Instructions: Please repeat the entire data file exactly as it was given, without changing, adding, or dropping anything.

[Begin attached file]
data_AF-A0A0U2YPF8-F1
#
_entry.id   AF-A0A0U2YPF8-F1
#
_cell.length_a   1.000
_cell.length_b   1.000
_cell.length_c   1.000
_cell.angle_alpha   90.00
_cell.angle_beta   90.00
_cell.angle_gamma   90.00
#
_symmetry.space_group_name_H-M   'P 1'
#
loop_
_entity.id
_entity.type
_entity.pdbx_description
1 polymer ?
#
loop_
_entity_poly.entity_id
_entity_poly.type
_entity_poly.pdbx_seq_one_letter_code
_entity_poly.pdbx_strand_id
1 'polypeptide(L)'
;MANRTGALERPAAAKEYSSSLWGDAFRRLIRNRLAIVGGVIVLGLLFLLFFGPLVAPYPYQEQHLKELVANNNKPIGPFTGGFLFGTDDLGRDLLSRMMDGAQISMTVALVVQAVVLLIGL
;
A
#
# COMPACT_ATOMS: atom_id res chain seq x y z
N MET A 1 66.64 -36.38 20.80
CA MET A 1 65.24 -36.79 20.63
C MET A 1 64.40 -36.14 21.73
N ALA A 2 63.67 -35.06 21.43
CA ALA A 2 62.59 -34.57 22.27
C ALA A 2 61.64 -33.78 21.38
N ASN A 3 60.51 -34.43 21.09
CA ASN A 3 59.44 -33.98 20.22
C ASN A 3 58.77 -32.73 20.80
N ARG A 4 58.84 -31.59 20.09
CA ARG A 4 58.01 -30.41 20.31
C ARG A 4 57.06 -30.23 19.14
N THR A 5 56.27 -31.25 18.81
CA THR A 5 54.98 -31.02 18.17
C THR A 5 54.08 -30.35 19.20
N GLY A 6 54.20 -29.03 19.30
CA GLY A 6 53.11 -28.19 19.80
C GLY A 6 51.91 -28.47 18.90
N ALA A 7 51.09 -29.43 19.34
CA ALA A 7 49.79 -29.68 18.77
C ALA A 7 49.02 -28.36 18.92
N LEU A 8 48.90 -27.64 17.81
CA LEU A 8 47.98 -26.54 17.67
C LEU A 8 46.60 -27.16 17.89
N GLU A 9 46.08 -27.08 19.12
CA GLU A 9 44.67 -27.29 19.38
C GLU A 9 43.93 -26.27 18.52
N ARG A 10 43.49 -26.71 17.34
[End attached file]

data_AF-A0A0U2YPF8-F1
#
_entry.id   AF-A0A0U2YPF8-F1
#
_cell.length_a   1.000
_cell.length_b   1.000
_cell.length_c   1.000
_cell.angle_alpha   90.00
_cell.angle_beta   90.00
_cell.angle_gamma   90.00
#
_symmetry.space_group_name_H-M   'P 1'
#
loop_
_entity.id
_entity.type
_entity.pdbx_description
1 polymer ?
#
loop_
_entity_poly.entity_id
_entity_poly.type
_entity_poly.pdbx_seq_one_letter_code
_entity_poly.pdbx_strand_id
1 'polypeptide(L)'
;MANRTGALERPAAAKEYSSSLWGDAFRRLIRNRLAIVGGVIVLGLLFLLFFGPLVAPYPYQEQHLKELVANNNKPIGPFTGGFLFGTDDLGRDLLSRMMDGAQISMTVALVVQAVVLLIGL
;
A
#
# COMPACT_ATOMS: atom_id res chain seq x y z
N MET A 1 66.64 -36.38 20.80
CA MET A 1 65.24 -36.79 20.63
C MET A 1 64.40 -36.14 21.73
N ALA A 2 63.67 -35.06 21.43
CA ALA A 2 62.59 -34.57 22.27
C ALA A 2 61.64 -33.78 21.38
N ASN A 3 60.51 -34.43 21.09
CA ASN A 3 59.44 -33.98 20.22
C ASN A 3 58.77 -32.73 20.80
N ARG A 4 58.84 -31.59 20.09
CA ARG A 4 58.01 -30.41 20.31
C ARG A 4 57.06 -30.23 19.14
N THR A 5 56.27 -31.25 18.81
CA THR A 5 54.98 -31.02 18.17
C THR A 5 54.08 -30.35 19.20
N GLY A 6 54.20 -29.03 19.30
CA GLY A 6 53.11 -28.19 19.80
C GLY A 6 51.91 -28.47 18.90
N ALA A 7 51.09 -29.43 19.34
CA ALA A 7 49.79 -29.68 18.77
C ALA A 7 49.02 -28.36 18.92
N LEU A 8 48.90 -27.64 17.81
CA LEU A 8 47.98 -26.54 17.67
C LEU A 8 46.60 -27.16 17.89
N GLU A 9 46.08 -27.08 19.12
CA GLU A 9 44.67 -27.29 19.38
C GLU A 9 43.93 -26.27 18.52
N ARG A 10 43.49 -26.71 17.34